Romney has spent most of today cleaning up after a statement he issued too quickly and without all the facts as the awful events in Libya were spinning out of control late yesterday.  His midnight statement condemning the Obama Administration is being widely regarded as an amazing piece of amateur hour time for someone who hopes to be Commander-in-Chief.

Ronald Reagan’s gifted speechwriter Peggy Noonan said Romney wasn’t doing himself any favors with his hair trigger attack.

“I was thinking as he spoke,” Noonan told Politico, “I think I belong to the old school of thinking that in times of great drama and heightened crisis, and in times when something violent has happened to your people, I always think discretion is the better way to go. When you step forward in the midst of a political environment and start giving statements on something dramatic and violent that has happened, you’re always leaving yourself open to accusations that you are trying to exploit things politically.” Exactly.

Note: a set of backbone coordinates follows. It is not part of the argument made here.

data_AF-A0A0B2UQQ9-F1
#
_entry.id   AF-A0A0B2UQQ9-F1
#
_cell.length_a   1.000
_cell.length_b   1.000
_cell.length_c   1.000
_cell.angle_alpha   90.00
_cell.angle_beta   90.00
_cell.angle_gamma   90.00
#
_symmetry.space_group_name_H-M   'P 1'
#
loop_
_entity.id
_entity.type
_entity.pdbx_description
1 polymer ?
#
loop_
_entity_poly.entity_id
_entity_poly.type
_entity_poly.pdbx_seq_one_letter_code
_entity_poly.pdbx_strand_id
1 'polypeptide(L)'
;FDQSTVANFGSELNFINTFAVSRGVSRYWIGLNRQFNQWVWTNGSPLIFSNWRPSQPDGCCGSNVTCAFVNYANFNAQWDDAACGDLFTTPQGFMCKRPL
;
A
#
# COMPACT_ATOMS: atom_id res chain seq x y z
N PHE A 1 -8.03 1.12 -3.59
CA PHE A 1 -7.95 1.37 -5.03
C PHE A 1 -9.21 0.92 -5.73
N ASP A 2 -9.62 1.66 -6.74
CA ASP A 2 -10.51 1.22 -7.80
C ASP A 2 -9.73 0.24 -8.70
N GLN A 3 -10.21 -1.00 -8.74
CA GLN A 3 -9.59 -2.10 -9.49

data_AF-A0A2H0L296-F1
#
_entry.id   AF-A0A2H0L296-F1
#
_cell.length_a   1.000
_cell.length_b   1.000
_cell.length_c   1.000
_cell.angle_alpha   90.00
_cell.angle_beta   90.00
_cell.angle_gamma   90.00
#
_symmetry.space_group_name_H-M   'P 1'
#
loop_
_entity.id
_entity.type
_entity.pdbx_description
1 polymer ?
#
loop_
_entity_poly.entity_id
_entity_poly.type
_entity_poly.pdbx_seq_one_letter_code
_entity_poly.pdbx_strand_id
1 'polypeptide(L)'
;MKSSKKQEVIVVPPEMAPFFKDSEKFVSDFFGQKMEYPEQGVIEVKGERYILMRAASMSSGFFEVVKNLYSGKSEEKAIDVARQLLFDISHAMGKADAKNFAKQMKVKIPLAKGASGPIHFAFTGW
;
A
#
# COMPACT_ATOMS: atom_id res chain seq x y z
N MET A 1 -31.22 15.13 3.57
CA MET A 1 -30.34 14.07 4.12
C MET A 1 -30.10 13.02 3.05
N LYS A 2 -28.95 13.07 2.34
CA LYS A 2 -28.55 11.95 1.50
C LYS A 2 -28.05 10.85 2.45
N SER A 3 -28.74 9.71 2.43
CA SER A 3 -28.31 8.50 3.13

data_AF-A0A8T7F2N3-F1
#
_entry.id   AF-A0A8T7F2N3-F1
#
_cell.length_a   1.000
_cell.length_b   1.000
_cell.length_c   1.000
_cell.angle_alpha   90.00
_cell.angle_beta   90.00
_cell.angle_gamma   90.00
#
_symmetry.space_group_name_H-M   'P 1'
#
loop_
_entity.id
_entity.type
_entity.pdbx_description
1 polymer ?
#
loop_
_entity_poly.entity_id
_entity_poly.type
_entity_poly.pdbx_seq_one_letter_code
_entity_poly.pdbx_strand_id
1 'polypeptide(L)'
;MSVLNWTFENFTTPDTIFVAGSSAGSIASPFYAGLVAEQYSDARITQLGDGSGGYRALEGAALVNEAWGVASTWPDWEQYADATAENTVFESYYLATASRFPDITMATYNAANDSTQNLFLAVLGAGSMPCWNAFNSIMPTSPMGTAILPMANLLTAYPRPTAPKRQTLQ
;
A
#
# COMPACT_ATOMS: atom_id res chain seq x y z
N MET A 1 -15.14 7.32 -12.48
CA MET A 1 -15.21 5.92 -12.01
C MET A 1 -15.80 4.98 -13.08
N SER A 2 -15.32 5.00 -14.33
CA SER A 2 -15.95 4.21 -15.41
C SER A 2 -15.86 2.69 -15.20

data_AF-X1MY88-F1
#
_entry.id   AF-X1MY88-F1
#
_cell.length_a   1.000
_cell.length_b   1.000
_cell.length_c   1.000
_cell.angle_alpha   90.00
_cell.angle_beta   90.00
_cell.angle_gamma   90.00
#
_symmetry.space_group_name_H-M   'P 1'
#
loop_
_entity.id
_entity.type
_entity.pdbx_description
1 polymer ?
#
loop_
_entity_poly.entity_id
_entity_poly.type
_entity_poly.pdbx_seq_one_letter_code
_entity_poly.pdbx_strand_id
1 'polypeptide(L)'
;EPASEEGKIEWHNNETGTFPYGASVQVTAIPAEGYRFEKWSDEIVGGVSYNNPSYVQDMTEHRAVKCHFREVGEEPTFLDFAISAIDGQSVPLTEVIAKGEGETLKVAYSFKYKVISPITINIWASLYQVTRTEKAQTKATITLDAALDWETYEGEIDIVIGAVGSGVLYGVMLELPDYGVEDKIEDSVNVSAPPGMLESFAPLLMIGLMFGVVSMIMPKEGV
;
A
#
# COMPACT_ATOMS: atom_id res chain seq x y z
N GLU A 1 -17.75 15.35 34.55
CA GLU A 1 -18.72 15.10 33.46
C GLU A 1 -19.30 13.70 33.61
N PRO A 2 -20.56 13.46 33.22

Romney’s campaign will now be compared to John McCain’s four years when the Arizona Senator – remember the suspension of his campaign during the banking crisis – as a man who displays questionable judgment in the heat of the moment.

The hawkish editorial page of the Washington Post, which has often been critical of Obama,  has it about right:

“As for Mr. Romney, he would do well to consider the example of Republican former secretary of state Condoleezza Rice, who issued a statement Wednesday lamenting ‘the tragic loss of life at our consulate,’ praising [Ambassador Chris] Stevens as ‘a wonderful officer and a terrific diplomat’ and offering ‘thoughts and prayers’ to ‘all the loved ones of the fallen.’ That was the appropriate response.”

As the Senate Historian has written about a Republican from a different age:  “When [Sen. Arthur] Vandenberg spoke, the Senate Chamber filled with senators and reporters, eager to hear what he had to say. His words swayed votes and won national and international respect for his nonpartisan, consensus-building, statesmanlike approach to foreign policy.”